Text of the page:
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Jail sentence depends on medical data

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Bergsmark

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The judge who will decide whether Edwin Bergsmark spends 60 days in a regional jail or at home on electronic monitoring wants additional medical information on the convicted local businessman's health problems.

Lucas County Common Pleas Court Judge Frederick McDonald yesterday ordered Jerome Phillips, the attorney for Bergsmark, to file a memorandum to update the court on the medical issues of the former president and chief executive officer of the defunct Cavista Corp.

Bergsmark, whose convictions on a forgery charge and 12 counts of passing bad checks were upheld Wednesday by the Ohio Supreme Court, is attempting to modify the sentence that he received in April, 2003, for the crimes.

Judge McDonald ordered that Bergsmark, 63, serve the jail time at the Corrections Center of Northwest Ohio at Stryker, but he stayed the sentence while the former real estate mogul and businessman appealed the convictions.

In November, Mr. Phillips filed a motion with the court to modify the sentence to allow Bergsmark, who suffers from heart problems and complications from diabetes, to serve the sentence at his Sylvania Township home on electronic monitoring.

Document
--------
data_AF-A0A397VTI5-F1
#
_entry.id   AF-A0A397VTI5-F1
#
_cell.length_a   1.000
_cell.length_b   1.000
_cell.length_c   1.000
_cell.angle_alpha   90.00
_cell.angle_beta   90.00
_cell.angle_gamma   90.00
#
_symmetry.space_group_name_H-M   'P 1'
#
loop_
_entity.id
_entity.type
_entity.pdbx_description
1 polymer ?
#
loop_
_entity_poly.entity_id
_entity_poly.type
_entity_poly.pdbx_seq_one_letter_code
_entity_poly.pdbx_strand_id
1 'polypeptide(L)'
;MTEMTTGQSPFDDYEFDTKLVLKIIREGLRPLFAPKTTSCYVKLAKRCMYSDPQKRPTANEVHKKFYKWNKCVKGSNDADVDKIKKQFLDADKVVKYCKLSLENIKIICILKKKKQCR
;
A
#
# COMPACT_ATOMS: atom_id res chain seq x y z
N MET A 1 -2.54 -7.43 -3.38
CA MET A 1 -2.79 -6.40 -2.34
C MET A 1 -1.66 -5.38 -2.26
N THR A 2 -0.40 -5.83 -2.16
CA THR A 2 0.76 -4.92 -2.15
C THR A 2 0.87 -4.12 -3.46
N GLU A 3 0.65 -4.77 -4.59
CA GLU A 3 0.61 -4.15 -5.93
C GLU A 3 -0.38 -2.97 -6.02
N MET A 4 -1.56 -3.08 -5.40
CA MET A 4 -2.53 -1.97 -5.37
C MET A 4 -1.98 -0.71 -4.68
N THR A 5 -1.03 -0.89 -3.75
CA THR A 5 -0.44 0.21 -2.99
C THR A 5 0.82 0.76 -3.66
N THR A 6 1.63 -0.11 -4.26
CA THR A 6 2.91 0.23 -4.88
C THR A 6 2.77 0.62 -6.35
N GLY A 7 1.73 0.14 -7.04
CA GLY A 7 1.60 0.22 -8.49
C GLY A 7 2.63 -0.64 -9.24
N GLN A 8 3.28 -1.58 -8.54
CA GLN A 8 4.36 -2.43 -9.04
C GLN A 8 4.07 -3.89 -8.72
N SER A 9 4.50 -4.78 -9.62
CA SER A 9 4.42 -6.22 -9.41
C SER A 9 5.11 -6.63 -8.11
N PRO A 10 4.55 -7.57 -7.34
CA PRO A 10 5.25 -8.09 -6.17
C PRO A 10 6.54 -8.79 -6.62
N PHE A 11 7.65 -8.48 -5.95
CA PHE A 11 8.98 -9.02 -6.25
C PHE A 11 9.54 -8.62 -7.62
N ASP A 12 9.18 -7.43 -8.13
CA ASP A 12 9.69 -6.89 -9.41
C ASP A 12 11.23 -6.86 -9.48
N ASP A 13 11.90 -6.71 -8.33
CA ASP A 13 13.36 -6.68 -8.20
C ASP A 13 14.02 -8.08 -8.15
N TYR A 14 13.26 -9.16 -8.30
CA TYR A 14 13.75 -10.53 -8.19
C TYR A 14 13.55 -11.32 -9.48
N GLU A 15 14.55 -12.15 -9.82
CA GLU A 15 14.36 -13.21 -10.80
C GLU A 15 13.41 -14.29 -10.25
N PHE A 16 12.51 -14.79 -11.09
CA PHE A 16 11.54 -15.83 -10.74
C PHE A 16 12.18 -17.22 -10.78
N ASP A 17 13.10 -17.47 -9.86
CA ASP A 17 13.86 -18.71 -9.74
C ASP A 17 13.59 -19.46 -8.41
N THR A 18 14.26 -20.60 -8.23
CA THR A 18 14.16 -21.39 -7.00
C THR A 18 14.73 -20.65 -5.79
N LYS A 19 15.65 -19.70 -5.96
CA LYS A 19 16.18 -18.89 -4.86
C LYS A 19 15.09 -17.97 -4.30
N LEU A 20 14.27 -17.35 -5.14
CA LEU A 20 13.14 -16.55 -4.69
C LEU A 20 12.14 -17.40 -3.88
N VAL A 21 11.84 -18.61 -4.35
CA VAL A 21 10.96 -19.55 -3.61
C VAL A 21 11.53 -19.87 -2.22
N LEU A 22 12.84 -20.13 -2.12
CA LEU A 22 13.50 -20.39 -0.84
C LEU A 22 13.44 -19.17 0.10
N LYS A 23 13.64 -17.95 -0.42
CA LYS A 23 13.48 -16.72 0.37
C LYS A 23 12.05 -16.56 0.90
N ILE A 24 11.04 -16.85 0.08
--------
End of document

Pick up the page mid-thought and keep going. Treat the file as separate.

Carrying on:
The motion included a letter from the defendant's family physician, Dr. Thomas P. Cox, who compiled a list of the health problems.

Dr. Cox expressed concerns about the regional jail's ability to provide care for some of the diabetes complications.

A supplemental memorandum was filed with the court last month in which Dr. John Pigott, a vascular surgeon, provided information about an operation in December to reinsert a stent into Bergsmark's right leg.

Dr. Pigott said Bergsmark has little feeling in his feet, and the unsteadiness puts him at risk for falling.

At yesterday's hearing, Judge McDonald asked Mr. Phillips to provide an updated report from the doctors on Bergsmark's health, and to file it with the court before March 24.

Bergsmark, who has used a walker at previous proceedings, was not in court for the hearing.

J. Christopher Anderson, an assistant prosecutor, said he was opposed to modifying the original sentence, and would file a motion in support of the opposition before the next hearing on April 5.

Bergsmark was found guilty on March 19, 2003, of writing bad commission checks to real estate agents of Cavalear Realty Co., a subsidiary of Cavista Corp.

In addition, Bergsmark was convicted of forgery for drawing up a dummy lease for an apartment that allowed a Toledo housing commissioner to meet a city residency requirement.

Bergsmark also was placed on community control for five years and ordered to pay restitution of $38,667 for the 12 checks that bounced in December, 2001.

Judge McDonald did not address the imposition of that portion of Bergsmark's sentence during the hearing yesterday.

Contact Mark Reiter at:

markreiter@theblade.com

or 419-213-2134.

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